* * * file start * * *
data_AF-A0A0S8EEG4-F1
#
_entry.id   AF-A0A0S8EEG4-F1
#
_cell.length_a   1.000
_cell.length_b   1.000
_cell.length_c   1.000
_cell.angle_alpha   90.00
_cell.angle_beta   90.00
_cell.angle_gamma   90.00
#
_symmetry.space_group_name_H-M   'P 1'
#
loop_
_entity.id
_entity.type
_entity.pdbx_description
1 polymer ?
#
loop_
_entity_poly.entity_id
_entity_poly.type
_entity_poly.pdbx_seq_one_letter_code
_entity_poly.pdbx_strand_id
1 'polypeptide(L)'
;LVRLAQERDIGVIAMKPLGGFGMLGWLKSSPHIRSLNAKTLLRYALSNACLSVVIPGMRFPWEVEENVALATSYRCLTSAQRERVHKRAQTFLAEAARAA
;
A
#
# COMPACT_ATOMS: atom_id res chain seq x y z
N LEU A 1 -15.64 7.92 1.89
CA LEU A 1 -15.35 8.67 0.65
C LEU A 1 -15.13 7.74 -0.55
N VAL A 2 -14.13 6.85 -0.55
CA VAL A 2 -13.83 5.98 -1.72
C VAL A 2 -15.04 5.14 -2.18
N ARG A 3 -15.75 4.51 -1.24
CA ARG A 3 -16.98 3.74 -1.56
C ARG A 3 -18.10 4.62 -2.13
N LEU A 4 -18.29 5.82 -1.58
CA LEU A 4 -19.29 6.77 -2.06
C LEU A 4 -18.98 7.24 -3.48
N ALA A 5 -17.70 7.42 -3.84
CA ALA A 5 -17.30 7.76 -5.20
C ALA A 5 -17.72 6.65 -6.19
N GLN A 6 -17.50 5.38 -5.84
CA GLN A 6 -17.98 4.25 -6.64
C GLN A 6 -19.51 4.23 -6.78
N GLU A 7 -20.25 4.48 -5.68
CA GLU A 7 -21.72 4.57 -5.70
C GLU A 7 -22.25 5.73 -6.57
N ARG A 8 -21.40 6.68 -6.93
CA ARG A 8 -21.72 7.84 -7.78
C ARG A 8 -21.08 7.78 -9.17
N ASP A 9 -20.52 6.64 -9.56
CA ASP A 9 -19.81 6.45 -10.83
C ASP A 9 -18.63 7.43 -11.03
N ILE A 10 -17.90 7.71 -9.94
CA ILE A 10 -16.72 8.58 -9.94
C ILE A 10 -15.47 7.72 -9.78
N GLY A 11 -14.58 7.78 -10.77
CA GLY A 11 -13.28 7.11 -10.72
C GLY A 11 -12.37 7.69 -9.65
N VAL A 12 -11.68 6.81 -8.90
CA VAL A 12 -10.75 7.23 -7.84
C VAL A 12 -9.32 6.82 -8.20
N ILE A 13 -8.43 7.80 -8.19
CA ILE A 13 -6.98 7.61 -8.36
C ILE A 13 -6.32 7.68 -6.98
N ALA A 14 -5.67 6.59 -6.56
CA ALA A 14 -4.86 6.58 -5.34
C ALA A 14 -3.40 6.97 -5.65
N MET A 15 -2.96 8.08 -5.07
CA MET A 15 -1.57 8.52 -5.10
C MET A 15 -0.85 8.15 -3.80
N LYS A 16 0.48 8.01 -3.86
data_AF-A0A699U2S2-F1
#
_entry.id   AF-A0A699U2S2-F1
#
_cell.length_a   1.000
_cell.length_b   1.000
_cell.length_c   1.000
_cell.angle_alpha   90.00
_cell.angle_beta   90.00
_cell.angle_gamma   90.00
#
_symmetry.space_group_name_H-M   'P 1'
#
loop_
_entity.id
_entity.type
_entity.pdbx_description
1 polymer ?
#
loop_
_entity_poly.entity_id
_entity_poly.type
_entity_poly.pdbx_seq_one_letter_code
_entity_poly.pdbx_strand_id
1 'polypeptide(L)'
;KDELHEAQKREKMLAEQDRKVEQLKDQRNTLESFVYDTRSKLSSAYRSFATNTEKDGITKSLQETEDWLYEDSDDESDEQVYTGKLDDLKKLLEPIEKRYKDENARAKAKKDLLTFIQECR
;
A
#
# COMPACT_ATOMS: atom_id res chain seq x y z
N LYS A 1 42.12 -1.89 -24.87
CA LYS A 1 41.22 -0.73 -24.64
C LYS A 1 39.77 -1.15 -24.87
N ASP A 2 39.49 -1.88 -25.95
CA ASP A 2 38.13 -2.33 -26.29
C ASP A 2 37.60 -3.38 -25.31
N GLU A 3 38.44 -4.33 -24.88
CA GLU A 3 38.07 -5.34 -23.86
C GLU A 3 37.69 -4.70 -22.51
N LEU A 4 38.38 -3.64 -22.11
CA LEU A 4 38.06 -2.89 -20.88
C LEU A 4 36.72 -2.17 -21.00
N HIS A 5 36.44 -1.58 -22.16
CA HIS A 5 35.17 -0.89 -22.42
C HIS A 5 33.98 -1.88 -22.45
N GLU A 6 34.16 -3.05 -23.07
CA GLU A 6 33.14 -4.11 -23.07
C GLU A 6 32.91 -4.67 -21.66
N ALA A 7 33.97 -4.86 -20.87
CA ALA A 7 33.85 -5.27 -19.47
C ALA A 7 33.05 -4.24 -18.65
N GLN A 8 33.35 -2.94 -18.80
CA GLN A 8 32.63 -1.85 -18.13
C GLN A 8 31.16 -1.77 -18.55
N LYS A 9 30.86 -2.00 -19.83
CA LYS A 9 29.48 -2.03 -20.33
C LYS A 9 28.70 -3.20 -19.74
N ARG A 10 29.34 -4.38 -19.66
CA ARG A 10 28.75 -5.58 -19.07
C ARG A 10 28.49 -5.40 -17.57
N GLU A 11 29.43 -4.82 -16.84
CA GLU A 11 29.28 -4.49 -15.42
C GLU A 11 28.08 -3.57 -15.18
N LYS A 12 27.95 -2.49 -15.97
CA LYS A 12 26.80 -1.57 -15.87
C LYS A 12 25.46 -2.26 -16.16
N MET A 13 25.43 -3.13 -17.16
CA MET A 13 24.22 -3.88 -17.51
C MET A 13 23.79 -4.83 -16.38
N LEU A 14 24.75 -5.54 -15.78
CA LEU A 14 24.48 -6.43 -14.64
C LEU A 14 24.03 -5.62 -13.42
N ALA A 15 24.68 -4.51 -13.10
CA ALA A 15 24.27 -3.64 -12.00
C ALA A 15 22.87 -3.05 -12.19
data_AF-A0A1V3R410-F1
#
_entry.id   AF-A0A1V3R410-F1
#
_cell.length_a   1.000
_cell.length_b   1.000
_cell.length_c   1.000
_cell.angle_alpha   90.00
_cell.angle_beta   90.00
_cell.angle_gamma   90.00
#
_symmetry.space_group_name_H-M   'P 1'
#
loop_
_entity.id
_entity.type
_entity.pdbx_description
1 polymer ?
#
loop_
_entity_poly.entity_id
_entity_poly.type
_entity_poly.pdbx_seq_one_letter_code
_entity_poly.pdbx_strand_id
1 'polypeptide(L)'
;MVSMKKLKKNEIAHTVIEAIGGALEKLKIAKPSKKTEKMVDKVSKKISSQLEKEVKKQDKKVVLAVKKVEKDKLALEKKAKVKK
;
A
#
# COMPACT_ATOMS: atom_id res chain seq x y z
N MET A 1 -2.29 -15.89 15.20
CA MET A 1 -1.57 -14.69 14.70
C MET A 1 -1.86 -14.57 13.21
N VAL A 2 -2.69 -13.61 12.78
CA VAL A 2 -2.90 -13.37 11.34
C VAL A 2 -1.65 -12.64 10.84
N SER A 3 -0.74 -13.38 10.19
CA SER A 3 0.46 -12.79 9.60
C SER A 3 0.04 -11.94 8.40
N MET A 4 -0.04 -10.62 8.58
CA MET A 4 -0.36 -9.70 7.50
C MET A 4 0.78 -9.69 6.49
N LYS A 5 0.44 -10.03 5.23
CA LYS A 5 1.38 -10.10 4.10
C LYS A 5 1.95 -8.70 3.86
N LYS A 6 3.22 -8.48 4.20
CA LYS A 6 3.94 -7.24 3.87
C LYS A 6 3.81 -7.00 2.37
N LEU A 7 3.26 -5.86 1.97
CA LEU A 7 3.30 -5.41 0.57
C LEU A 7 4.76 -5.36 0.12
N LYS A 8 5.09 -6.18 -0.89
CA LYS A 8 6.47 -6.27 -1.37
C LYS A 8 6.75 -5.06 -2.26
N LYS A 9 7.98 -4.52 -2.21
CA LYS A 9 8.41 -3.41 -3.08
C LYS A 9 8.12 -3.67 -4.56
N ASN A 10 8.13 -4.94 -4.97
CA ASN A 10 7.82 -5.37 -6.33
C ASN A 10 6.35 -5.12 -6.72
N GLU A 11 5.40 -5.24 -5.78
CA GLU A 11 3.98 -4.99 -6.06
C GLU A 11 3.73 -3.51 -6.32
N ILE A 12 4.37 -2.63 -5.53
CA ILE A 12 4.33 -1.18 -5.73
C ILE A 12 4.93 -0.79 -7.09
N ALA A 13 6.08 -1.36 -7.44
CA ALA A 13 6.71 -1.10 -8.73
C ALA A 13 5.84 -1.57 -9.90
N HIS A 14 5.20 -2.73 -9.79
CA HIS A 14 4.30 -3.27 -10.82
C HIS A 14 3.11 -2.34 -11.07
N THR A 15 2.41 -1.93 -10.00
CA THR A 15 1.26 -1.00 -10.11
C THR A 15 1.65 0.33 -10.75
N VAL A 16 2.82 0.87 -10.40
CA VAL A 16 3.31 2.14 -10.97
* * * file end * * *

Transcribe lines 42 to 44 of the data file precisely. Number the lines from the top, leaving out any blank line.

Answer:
C LEU A 4 -18.98 7.24 -3.48
N ALA A 5 -17.70 7.42 -3.84
CA ALA A 5 -17.30 7.76 -5.20